Still, I remember the Catastrophe1 and the refugees....
How can I make you understand what it was like? Disaster! There wasn’t any place you could get away from seeing what had happened. People lived in disused railway carriages and old shacks or they put up makeshift tents. A catastrophe, I’m telling you pal, a massive disaster! I hope our eyes will never see such sights again! What those poor people went through is beyond anything. They were brought low, absolute rock bottom! That was after they’d already been screwed over by the Turks who drove them out. And when they got here, the same! They did whatever they could. They were screwed. They did everything you could possibly imagine to make a crust of bread and put a roof over their heads. If a father had five kids, even girls, they’d be out pilfering all over the place. A disaster, my God! What were the authorities to do? Who to start chasing first? You think it was just one or two? No, there were too many!
And the locals didn’t look kindly on them. They never stopped cursing them, ‘Hey scram!’ or ‘Hey you, get lost!’ They wouldn’t look at them. They didn’t have enough love to say ‘Hold on, these guys are our family, they’re actually Greeks. Let’s embrace them.’ This didn’t happen, not as far as I could see. Maybe somewhere else ... Our local thieves just wanted to do them over, filch whatever they had and laugh at them. Swindlers. In the course of time, they all managed to get to the places where they belonged. Some went to Thasos, others to Tripoli, some to Thessaloniki, others to Serres, Kavala, the islands, or the Dodecanese. Year by year they went their way. Now of course, they’ve shot ahead. All these refugees that you see are top at everything. They’re hard workers. Onassis, for example, there’s a guy you take notice of.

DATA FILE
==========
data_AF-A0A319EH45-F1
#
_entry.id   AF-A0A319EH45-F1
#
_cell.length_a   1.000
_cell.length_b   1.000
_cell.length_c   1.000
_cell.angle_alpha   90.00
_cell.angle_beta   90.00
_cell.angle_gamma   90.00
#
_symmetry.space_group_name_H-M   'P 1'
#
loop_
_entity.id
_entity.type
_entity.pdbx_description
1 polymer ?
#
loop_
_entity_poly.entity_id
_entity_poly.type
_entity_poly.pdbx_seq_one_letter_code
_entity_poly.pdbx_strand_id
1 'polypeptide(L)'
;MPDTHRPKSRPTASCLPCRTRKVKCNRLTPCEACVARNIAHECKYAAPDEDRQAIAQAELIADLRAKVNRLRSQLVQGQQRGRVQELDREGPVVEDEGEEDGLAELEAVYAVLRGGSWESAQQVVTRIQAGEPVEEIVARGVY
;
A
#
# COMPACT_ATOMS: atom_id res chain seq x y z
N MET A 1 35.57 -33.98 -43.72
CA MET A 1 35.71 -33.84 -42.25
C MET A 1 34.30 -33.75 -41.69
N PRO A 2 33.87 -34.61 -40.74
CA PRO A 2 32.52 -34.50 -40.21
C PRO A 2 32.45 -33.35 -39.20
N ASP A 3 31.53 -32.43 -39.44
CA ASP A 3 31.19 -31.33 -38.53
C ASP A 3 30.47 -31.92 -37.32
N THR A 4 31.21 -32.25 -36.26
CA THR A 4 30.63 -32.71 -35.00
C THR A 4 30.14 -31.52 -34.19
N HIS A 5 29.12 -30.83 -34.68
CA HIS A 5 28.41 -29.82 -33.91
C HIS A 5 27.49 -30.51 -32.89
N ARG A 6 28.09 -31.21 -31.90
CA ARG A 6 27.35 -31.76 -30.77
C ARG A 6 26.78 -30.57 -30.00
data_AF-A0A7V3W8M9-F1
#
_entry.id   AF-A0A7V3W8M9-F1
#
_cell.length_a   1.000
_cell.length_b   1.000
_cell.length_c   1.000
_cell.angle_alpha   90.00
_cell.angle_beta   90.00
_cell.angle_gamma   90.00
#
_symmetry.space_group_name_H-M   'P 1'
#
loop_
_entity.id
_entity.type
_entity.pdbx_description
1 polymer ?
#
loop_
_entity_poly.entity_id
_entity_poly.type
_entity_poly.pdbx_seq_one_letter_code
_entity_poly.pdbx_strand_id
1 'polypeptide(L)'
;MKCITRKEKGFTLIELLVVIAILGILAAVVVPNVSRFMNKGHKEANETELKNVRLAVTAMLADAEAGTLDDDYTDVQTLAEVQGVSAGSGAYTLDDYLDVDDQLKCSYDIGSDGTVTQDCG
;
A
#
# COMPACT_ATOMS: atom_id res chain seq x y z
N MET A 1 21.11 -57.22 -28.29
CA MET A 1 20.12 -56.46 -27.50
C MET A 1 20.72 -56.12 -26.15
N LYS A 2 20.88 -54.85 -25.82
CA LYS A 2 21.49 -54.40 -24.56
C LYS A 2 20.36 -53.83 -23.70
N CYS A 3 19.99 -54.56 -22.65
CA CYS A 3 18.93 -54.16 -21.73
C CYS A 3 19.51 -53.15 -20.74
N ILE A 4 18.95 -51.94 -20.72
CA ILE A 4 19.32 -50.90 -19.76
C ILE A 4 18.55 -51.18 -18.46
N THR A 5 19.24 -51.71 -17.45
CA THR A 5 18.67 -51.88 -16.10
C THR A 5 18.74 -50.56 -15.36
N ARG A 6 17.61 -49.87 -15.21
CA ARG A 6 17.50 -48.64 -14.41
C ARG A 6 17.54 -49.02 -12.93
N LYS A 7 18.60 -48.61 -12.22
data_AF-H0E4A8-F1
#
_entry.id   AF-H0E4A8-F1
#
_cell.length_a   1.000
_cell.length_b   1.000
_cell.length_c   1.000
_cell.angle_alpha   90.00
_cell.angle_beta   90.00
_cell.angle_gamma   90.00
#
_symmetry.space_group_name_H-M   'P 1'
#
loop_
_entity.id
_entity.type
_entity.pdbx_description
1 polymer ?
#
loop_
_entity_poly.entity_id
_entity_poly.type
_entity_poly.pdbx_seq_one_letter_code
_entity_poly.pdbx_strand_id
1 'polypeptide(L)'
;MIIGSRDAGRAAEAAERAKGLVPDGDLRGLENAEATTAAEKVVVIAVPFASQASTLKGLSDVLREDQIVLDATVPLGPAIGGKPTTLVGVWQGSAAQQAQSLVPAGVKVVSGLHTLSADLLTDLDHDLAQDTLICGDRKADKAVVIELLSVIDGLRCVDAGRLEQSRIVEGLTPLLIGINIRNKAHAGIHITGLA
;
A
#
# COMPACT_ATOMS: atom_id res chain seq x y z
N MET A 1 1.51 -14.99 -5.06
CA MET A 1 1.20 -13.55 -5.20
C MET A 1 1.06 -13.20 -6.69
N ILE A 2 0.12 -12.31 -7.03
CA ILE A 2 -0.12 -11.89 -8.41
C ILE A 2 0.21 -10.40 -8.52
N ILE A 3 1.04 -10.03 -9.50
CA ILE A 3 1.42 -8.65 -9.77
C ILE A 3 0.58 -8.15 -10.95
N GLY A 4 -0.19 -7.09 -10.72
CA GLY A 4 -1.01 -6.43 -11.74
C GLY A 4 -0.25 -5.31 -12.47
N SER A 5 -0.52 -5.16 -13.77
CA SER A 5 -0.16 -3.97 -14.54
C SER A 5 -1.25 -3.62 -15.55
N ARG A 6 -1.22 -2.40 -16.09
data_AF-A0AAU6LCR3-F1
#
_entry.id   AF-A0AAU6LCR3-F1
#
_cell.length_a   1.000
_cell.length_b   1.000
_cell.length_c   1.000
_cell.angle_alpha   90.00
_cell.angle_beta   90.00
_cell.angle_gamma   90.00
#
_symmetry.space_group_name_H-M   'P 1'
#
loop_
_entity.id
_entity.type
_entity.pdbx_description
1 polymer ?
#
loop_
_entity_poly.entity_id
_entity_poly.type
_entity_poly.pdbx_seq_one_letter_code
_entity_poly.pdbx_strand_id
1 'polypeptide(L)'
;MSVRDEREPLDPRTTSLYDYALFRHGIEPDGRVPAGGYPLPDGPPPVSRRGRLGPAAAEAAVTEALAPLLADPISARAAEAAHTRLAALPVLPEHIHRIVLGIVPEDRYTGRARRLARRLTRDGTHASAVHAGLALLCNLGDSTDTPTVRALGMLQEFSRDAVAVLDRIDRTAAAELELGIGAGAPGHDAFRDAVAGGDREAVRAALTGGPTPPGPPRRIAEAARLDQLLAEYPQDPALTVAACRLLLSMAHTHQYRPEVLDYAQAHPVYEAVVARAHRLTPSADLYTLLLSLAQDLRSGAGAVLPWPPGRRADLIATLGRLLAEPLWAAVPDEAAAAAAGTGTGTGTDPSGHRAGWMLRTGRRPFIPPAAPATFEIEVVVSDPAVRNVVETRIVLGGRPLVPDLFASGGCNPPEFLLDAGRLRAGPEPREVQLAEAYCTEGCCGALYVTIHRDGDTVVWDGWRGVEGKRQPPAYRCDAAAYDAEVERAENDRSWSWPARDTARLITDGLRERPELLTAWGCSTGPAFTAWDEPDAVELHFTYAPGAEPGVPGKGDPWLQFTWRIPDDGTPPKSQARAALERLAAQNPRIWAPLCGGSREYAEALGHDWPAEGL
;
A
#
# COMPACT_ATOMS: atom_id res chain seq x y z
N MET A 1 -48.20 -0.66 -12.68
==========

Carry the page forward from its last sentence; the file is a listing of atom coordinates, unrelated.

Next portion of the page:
The refugees did a lot for music, that’s for sure. When they came over from Asia Minor the musicians came too. These people were brought up to work hard and play hard, all of them without exception. A guy might work like a dog all week but come the weekend he’d be partying. He’d be out and about, making sure the world saw him. Not alone. He’d take his wife and daughters, his whole family and go sit in a music dive - just as our folk have learnt to do from being around the refugees. To start with, we had our own musicians here who played almost only dhimotiko2 songs. Sometimes the odd amanes.3 But when these guys came they started doing tsifteteli,4 syrto, loads of things, manedhes, tzivaeria, aivaliotika ... not so much laiko5 song. No, not laiko. Like I said, laiko song was what I did, but these guys were playing old music.
Their coming didn’t make any difference to me. My thing was laiko song, the zebekika and chasapika which the great koutsavakidhes used to dance in Syros.
1 The Catastrophe, also known as the Asia Minor Disaster, precipitated the calamitous influx of an estimated 1,500,000 destitute refugees. Venizelos was out of power and in exile in Paris at the time of the Greek army’s ill fated incursion into Anatolia so can’t justly be blamed for the disaster. In 1923 he represented Greece at the treaty of Lausanne where the exchange of populations was agreed.
2 Traditional folk music. See glossary.
3 Vocal improvisation. See glossary.
4 The Greek ‘belly dance’ in 4/4 metre.
5 What we now generally call rebetiko. See glossary.